Definition of SRHR


The comprehensive definition of SRHR proposed by the Guttmacher-Lancet Commission (Starrs and others, 2018) covers sexual health, sexual rights, reproductive health and reproductive rights and reflects an emerging consensus on the services and interventions needed to address the sexual and reproductive health needs of all individuals. Additionally, it addresses issues such as violence, stigma and respect for bodily autonomy, which profoundly affect individuals’ psychological, emotional and social well-being. It further specifically addresses the SRHR of neglected groups (e.g. adolescent girls, LGBTI+ individuals and those with disabilities). As such, the definition offers a comprehensive framework to guide governments, United Nations agencies, civil society and other stakeholders involved in designing policies, services and programmes that address all aspects of SRHR effectively and equitably. For universal access to SRHR to become a reality, national policies and implementation plans need to take a comprehensive approach to SRHR and address the multifaceted determinants of health and include synergic interventions that address all components of supply, demand and enabling  environment.

Key Definitions

ACROAmericas and the Caribbean Region
CFPACaribbean Family Planning Affiliation
CSEComprehensive Sexuality Education
CSOCivil Society Organisation
FPAsFamily Planning Associations
GBVGender-Based Violence
HFLEHealth and Family Life Education
ICPDInternational Conference on Population and Development
IPPFInternational Planned Parenthood Federation
LGBTQI+Lesbian, Gay, Bisexual, Transgender, Queer/Questioning, Intersex and
Additional Identities
M&EMonitoring and Evaluation
PAHOPan American Health Organization
PANCAPPan Caribbean Partnership Against HIV and AIDS
PLWDPeople Living with Disabilities
PLHIVPeople Living with HIV
SDGSustainable Development Goals
SGBVSexual and Gender-Based Violence
SISpotlight Initiative
SRHRSexual and Reproductive Health and Rights
UNFPAUnited Nations Population Fund
UNICEFUnited Nations International Children’s Emergency Fund
UWIUniversity of the West Indies
VAWGViolence against women and girls

Components of Sexual and Reproductive Health and Rights (SRHR)

Sexual Health

“A state of physical, emotional, mental and social well-being in relation to sexuality; it is not merely the absence of disease, dysfunction or infirmity. Sexual health requires a positive and respectful approach to sexuality and sexual relationships, as well as the possibility of having pleasurable and safe sexual experiences free of coercion, discrimination and violence. For sexual health to be attained and maintained, the sexual rights of all persons must be respected, protected and fulfilled.”

Sexual health implies that all people have access to:

  • Counselling and care related to sexuality, sexual identity, and sexual relationships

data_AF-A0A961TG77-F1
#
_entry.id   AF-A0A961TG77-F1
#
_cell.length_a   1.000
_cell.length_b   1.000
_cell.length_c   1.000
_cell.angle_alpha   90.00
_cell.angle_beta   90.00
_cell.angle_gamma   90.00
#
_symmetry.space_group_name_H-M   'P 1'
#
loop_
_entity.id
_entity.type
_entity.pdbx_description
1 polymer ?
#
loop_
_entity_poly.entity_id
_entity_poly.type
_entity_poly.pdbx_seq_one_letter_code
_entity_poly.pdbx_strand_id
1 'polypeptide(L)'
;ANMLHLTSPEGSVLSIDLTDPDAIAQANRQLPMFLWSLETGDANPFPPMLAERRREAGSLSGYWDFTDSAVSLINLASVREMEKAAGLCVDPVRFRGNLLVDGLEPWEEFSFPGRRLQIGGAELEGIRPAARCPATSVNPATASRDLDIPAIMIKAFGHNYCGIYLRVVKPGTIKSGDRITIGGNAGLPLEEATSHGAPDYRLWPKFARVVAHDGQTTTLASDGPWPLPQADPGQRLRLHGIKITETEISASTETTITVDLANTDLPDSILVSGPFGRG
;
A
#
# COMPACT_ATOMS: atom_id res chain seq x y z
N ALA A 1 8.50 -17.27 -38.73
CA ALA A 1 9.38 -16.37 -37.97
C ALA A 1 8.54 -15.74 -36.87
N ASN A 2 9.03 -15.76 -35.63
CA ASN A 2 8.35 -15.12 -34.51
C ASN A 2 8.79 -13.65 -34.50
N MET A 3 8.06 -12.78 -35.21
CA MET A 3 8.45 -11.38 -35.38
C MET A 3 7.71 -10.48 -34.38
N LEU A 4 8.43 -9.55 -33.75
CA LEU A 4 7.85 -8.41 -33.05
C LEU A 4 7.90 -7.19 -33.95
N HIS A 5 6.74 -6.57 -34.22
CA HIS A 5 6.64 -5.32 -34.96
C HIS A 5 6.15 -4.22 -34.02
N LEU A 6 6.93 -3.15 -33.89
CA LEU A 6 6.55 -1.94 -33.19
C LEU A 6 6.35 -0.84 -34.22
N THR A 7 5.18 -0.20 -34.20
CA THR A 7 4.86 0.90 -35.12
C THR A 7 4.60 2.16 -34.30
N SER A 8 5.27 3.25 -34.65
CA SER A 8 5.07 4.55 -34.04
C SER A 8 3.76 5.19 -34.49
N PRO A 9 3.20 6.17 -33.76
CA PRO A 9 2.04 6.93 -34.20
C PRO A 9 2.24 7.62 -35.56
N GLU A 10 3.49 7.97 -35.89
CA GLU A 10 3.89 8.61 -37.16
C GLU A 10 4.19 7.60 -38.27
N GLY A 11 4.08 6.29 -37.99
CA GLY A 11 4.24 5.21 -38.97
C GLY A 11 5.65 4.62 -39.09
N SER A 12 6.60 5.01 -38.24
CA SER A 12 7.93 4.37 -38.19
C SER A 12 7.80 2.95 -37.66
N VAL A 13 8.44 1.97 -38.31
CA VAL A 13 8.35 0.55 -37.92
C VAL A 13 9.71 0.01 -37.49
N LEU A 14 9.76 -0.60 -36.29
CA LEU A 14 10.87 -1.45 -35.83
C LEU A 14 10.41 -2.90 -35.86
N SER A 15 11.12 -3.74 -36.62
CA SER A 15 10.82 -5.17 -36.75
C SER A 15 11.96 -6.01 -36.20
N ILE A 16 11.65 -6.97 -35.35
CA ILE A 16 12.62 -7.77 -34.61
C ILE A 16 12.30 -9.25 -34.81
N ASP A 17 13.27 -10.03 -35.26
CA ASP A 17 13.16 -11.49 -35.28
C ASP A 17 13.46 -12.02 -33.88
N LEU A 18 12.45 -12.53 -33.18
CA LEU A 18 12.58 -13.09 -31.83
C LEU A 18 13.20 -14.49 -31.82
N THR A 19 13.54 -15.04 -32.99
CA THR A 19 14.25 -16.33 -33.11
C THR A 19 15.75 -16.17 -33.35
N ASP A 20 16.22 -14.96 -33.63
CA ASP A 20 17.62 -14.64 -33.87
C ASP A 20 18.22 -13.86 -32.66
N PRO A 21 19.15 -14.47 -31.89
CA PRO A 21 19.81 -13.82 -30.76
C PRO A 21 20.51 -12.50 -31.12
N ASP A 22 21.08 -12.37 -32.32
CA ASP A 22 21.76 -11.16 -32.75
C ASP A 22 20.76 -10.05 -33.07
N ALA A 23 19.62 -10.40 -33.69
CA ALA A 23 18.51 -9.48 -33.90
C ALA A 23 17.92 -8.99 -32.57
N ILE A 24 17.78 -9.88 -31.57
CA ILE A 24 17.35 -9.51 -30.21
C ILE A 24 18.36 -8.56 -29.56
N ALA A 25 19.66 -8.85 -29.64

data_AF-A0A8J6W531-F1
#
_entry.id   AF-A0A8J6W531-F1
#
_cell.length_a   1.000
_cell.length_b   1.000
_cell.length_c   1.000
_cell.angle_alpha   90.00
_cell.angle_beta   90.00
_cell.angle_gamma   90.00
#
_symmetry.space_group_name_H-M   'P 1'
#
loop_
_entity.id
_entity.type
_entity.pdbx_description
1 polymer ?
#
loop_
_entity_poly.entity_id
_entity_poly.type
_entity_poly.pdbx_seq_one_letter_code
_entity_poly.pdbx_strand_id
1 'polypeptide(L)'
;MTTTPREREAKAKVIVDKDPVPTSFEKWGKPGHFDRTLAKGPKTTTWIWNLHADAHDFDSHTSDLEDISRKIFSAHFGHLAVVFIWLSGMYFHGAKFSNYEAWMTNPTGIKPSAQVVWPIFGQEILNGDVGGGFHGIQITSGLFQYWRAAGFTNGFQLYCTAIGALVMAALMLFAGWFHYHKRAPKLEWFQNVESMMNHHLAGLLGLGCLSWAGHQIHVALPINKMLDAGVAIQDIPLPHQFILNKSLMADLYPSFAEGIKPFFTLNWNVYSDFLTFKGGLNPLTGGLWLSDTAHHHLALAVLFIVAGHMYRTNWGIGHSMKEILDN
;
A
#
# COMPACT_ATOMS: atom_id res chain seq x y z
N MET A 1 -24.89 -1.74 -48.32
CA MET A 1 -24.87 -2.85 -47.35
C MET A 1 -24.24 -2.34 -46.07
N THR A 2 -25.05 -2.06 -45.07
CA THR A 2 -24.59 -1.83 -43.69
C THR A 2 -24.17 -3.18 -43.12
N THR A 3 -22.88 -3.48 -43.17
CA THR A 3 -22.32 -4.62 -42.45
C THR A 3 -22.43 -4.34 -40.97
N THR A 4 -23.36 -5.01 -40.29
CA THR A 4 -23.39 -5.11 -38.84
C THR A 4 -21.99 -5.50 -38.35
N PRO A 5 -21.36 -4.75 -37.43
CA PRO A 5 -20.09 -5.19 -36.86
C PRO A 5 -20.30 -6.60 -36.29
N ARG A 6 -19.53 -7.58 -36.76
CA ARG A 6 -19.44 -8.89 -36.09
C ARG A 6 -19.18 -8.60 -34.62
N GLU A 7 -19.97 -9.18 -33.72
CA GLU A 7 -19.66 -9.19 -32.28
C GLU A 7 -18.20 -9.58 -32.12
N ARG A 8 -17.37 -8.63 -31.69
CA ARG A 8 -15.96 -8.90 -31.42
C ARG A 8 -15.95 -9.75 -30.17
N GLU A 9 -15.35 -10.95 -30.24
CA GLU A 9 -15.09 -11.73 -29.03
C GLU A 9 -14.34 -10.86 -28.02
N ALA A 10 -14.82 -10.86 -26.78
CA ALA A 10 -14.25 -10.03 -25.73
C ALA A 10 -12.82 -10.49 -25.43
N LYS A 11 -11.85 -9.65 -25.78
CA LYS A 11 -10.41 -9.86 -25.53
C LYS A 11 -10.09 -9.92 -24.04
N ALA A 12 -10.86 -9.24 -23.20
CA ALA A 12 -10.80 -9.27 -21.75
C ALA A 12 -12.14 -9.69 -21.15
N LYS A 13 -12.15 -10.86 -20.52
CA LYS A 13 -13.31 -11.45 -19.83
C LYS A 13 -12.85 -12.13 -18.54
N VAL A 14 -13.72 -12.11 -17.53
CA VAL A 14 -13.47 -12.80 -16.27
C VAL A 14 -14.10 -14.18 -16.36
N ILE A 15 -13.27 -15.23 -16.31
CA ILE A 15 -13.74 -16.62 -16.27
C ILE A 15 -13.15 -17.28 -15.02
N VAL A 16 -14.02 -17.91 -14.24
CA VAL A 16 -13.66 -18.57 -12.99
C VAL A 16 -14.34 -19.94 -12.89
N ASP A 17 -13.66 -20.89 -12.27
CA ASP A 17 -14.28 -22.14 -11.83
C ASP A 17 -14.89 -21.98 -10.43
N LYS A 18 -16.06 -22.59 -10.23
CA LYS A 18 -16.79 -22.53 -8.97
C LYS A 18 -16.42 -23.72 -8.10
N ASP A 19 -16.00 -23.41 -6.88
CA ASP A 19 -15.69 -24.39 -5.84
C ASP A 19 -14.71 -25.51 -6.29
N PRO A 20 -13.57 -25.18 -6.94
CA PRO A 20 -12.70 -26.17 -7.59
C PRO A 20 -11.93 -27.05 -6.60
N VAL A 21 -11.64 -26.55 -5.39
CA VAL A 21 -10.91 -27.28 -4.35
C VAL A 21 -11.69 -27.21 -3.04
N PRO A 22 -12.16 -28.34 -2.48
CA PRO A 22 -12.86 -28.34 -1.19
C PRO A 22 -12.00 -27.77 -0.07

• services for the prevention and management of sexually transmitted infections, including HIV/AIDS,  and other diseases of the genitourinary system
  • psychosexual counselling, and treatment for sexual dysfunction and disorders
  • prevention and management of cancers of the reproductive system

Sexual Rights

Sexual rights are human rights and include the right of all persons, free of discrimination, coercion, and violence, to:

  • achieve the highest attainable standard of sexual health, including access to sexual and reproductive health services
  • seek, receive, and impart information related to sexuality
  • receive comprehensive, evidence-based, sexuality education
  • have their bodily integrity respected
  • choose their sexual partner
  • decide whether to be sexually active or not
  • engage in consensual sexual relations
  • choose whether, when, and whom to marry
  • enter into marriage with free and full consent and with equality between spouses in and at the dissolution of marriage
  • pursue a satisfying, safe, and pleasurable sexual life, free from stigma and discrimination
  • make free, informed, and voluntary decisions on their sexuality, sexual orientation, and gender identity

Reproductive Health

“Reproductive health is a state of complete physical, mental and social well-being and not merely the absence of disease or infirmity, in all matters relating to the reproductive system and to its functions and processes.”

Reproductive health implies that all people are able to:

  • receive accurate information about the reproductive system and the services needed to maintain reproductive health
  • manage menstruation in a hygienic way, in privacy, and with dignity
  • access multisectoral services to prevent and respond to intimate partner violence and other forms of gender-based violence
  • access safe, effective, affordable, and acceptable methods of contraception of their choice
  • access appropriate healthcare services to ensure safe and healthy pregnancy and childbirth, and healthy infants
  • access safe abortion services, including post-abortion care
  • access services for the prevention, management, and treatment of infertility

Reproductive Rights

Reproductive rights rest on the recognition of the human rights of all couples and individuals to decide freely and responsibly the number, spacing, and timing of their children, to have the information and means to do so, and the right to attain the highest standard of reproductive health. They also include:

  • the right to make decisions concerning reproduction free of discrimination, coercion, and violence
  • the right to privacy, confidentiality, respect, and informed consent
  • the right to mutually respectful and equitable gender relations